Work by an authorised person
An authorised person must be employed to carry out the plumbing and drainage building work for it to have building consent exemption.
If an authorised person does not complete the work, then it is not exempt.
The term "authorised person" covers:
- registered certifying plumbers and drainlayers
- plumbers and drainlayers with a provisional licence working under supervision
- trainee plumbers and drainlayers working under supervision.
You must make sure the plumber or drainlayer you are using for your building work has current authorisation from the Plumbers, Gasfitters, and Drainlayers Board.
Work by an owner-builder
If you are an owner-builder, you can carry out the low-risk work on a kitchen or bathroom renovation if you:
- meet the requirements of the Building Code
- obtain any necessary building consent or permits before starting work.
Owner-builder exemptions do not cover electrical, gas, plumbing or drainage work unless the owner-builder holds the appropriate license.
Plumbing and drainage work exemptions
You are unlikely to need a building consent for plumbing and drainage work involving the repair, replacement of an existing sanitary fixture such as a sink or toilet pan.
You are required to obtain a building consent if the work involves adding an additional sanitary fixture to your house - for example, a new bath – where there was not one previously.
A building consent is not required to repair or maintain an existing water heater, if it is carried out by an authorised person.
More information on work that is exempted under the Schedule 1 of the Building Act 2004 is available on the MBIE Building Performance website.
Check if you need a consent
You don't need a building consent for work listed if it is listed as exempted under Schedule 1 of the Building Act 2004.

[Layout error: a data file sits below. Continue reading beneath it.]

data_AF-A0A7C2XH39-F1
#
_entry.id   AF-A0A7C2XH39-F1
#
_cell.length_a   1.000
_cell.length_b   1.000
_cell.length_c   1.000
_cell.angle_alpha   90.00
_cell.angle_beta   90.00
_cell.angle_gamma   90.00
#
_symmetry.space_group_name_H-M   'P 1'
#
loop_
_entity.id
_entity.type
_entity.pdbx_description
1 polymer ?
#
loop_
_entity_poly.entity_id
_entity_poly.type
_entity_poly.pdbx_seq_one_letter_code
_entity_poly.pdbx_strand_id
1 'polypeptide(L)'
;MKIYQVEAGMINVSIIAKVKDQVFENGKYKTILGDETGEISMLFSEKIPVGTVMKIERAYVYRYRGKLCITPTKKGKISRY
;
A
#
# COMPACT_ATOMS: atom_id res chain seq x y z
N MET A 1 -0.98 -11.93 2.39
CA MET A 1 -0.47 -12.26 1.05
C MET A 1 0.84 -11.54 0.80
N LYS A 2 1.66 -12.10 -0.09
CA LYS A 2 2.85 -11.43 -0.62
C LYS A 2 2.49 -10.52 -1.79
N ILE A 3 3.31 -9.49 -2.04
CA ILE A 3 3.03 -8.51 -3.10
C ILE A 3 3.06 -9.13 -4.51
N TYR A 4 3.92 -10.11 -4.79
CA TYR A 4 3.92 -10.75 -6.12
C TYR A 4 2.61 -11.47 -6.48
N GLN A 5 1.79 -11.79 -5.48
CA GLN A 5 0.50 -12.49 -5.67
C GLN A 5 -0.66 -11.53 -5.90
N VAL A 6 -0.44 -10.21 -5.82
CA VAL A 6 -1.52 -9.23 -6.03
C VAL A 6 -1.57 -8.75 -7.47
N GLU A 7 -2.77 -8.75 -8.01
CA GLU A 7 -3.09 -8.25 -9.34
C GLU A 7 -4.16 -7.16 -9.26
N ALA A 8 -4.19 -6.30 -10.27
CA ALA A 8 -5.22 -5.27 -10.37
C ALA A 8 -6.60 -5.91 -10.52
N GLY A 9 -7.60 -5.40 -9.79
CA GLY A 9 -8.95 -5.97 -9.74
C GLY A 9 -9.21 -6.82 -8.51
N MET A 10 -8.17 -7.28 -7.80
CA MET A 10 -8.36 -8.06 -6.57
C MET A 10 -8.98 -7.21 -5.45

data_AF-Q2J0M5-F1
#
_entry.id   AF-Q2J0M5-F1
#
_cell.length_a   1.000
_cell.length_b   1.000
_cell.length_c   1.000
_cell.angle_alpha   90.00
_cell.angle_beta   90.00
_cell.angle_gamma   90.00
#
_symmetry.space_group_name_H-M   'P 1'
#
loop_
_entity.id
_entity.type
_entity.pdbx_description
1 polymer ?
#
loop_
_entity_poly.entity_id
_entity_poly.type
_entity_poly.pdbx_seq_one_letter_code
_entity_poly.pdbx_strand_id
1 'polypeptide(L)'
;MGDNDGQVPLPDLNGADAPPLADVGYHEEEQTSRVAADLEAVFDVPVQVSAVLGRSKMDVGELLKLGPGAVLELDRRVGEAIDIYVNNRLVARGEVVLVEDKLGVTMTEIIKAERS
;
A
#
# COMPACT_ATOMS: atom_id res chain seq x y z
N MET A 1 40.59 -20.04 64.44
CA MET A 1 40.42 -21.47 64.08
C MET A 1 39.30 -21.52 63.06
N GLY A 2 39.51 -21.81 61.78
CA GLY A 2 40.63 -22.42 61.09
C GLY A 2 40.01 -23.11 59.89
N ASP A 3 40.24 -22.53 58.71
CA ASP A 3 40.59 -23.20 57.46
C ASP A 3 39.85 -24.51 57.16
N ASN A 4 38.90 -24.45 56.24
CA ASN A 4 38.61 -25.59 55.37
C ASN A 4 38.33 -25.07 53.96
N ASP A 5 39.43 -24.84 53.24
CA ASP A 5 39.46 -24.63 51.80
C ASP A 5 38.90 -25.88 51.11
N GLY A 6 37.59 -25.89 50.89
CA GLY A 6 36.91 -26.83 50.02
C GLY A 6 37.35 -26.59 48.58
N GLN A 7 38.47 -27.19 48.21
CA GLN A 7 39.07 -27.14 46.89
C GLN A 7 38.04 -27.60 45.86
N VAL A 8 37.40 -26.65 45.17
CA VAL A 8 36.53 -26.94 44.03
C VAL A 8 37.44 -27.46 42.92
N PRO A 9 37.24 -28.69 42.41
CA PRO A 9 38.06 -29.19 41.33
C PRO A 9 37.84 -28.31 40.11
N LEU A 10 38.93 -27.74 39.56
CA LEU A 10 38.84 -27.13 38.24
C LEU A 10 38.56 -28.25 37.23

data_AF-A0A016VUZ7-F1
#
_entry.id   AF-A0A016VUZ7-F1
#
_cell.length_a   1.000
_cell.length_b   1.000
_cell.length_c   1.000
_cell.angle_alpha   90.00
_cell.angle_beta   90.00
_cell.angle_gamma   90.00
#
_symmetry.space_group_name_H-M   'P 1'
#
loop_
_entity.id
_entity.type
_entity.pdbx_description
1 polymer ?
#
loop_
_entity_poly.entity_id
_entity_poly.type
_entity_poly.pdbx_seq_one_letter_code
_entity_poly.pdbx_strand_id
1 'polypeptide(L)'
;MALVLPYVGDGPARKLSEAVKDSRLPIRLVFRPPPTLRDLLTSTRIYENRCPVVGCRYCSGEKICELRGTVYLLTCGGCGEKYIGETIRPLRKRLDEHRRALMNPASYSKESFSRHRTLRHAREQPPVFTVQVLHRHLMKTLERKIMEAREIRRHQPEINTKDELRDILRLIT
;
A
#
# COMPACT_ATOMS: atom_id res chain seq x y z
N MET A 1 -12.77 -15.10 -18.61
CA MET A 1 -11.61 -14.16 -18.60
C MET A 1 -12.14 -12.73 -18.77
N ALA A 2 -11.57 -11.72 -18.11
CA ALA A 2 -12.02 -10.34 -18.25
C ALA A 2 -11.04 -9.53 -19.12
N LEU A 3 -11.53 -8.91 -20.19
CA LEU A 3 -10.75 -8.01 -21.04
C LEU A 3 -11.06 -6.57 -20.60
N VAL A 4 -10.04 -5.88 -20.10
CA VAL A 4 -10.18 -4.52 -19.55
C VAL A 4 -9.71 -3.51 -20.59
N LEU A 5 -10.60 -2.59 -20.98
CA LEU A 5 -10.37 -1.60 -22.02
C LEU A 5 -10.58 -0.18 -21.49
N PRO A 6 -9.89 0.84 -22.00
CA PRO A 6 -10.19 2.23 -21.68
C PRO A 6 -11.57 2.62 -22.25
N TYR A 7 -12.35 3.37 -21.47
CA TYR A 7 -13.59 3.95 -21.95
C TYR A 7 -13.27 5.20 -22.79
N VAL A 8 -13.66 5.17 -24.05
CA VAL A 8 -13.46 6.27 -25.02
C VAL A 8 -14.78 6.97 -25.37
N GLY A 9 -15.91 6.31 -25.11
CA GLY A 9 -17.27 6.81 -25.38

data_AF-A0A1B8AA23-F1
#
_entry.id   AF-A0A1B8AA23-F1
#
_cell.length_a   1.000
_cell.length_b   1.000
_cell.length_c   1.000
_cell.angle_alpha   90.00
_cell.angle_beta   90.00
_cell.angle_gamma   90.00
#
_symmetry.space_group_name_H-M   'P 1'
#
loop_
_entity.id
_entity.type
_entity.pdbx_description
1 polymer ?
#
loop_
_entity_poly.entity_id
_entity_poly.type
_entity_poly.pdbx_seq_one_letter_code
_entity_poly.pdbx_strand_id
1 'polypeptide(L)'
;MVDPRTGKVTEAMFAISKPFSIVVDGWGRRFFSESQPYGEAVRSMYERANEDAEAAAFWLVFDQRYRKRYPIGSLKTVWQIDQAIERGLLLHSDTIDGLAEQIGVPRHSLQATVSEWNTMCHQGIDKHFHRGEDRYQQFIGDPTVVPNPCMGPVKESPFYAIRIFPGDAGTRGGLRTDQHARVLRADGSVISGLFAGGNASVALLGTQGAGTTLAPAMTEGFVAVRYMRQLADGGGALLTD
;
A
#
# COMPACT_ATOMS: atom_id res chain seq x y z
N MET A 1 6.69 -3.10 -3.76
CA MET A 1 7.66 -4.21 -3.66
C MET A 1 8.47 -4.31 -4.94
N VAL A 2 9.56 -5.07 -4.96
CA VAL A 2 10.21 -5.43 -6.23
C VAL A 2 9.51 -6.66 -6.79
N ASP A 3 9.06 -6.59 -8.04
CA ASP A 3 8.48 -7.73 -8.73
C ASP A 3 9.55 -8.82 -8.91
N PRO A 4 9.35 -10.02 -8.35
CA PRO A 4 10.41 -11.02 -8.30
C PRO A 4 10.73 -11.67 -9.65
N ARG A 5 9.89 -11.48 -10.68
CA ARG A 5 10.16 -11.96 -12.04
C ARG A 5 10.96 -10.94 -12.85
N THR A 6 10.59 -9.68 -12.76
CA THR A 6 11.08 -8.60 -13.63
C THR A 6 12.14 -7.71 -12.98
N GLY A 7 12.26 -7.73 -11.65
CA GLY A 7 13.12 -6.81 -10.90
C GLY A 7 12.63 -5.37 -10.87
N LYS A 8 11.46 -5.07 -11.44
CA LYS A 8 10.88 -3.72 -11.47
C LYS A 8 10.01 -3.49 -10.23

You are unlikely to require a building consent to:
- re-position or replace sanitary fixtures (e.g. a bath, bidet, wash hand basin, shower or toilet pan) within an existing home bathroom
- move a toilet pan from a toilet compartment into an adjacent existing bathroom
- remodel an existing kitchen within the same space, leaving the kitchen sink in the same position
- move an existing home laundry tub to a new location to an adjacent room
- relocate or remove an existing hose tap
- remove a bath with a shower over it, and replace it with a new proprietary shower enclosure and a new bath within the existing bathroom space.
You will need a building consent to:
- install a tiled wet area shower - as it involves critical building work that is not sanitary plumbing, such as carpentry and installing waterproof membranes
- move a vanity, bath, and shower within an apartment of a multi-level building – as it may involve new penetrations through a fire separation
- add a shower, hand basin, and toilet to an ensuite – as these sanitary fixtures are additional to those already existing in the building.
Where sanitary plumbing work could adversely affect the performance of structural elements, such as floor joists or wall framing, this work may require a building consent.
All work must comply with the Building Code.
If you are not sure, get professional advice.